French Foreign Minister Yves Le Drian was the latest European to take a pop at Beijing, angrily rejecting China's "calumnies" and accusing President Xi Jinping's regime of fomenting divisions on the Continent.
His public foray late on Monday (AEST) will be seen as a boost to the US and Australian push to hold China accountable for how it has handled the COVID-19 outbreak, following Foreign Minister Marise Payne's call on Sunday for an international probe into Beijing's conduct.
China has been trying to recast itself as the country that has successfully beaten the pandemic and can help others to do so, portraying itself as the altruistic hero rather than the cover-up villain.
But its diplomats in Europe have increasingly been pulled into ugly and unedifying spats with politicians and the media, and opinion polling in Britain suggests the public wants to see China held to account.
Mr Le Drian was responding to a furiously worded open letter, published on the website of China's embassy in France, which anonymously accused Western governments of removing staff from nursing homes and leaving residents to die unattended.
"I cannot accept that the staff of our nursing homes is slandered by anyone, including by the Chinese embassy," Mr Le Drian told Le Monde newspaper in an interview published on Monday.
The offending Chinese letter was later footnoted to make the accusations more general rather than France-specific; and the French ambassador in Paris has since issued an emollient statement welcoming the two countries' cooperation over the pandemic.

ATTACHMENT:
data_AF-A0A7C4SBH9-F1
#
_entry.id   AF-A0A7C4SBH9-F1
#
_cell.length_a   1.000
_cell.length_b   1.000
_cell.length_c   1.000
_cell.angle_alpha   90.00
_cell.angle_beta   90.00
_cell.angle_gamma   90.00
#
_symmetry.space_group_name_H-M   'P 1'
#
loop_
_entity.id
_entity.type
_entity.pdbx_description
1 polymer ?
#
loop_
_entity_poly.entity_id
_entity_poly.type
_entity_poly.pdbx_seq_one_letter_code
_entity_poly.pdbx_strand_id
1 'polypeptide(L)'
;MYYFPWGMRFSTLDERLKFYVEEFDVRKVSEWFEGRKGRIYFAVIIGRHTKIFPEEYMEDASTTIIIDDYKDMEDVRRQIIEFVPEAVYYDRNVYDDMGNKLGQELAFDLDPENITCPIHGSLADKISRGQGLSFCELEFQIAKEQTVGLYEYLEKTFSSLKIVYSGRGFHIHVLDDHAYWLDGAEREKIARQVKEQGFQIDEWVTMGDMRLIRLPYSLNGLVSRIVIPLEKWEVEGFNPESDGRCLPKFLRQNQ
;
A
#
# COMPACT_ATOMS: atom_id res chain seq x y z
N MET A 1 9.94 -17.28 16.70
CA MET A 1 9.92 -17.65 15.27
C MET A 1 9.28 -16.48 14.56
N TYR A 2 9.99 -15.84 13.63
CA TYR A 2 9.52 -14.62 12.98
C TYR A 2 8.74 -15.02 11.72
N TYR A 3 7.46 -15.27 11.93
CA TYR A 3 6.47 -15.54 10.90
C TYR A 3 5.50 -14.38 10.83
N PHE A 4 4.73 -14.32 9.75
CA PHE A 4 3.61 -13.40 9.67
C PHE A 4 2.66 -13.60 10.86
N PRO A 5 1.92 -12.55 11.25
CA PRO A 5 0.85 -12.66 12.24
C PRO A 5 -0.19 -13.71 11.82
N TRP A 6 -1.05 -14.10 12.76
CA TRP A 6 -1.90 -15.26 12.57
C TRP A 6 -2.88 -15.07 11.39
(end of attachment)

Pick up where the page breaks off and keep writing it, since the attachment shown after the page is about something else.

French president Emmanuel Macron also used a weekend interview with the Financial Times to question China's handling of the crisis, saying things had "happened that we don't know about".
In Britain, Sky News and several tabloids have reported that British intelligence agencies have joined a US investigation into the origins of COVID-19 and the role of the Wuhan Institute of Virology.
The news came as a Survation poll of 1000 Britons found that more than 80 per cent of respondents would back an international inquiry into China's handling of its coronavirus outbreak.
The Henry Jackson Society, a London-based think tank with a hawkish line on China, said the survey, which it released on Monday, also found 71 per cent support for a British or multinational effort to sue China for damages if it was found to have broken international law.
Meanwhile, Germany's biggest-selling tabloid newspaper Bild has picked a fight with China's Berlin embassy, publishing an itemised €150 billion ($257 billion) "invoice" to China for the cost of the German COVID-19 outbreak.
The embassy wrote an open letter to Bild's editor-in-chief slamming the article as "infamous", and accusing the newspaper of "nationalism, prejudice and xenophobia".
"Germany has to revise its contingency plan, which was well thought out at the time ... In the meantime, well-known international scientists also confirm that China's swift and decisive action has made an important contribution to containing this pandemic," the letter said.
The Bild editor wrote back in a letter that upped the ante with an emotive attack on China's political system and practices. He called China's provision of face masks to afflicted European countries "a Trojan horse".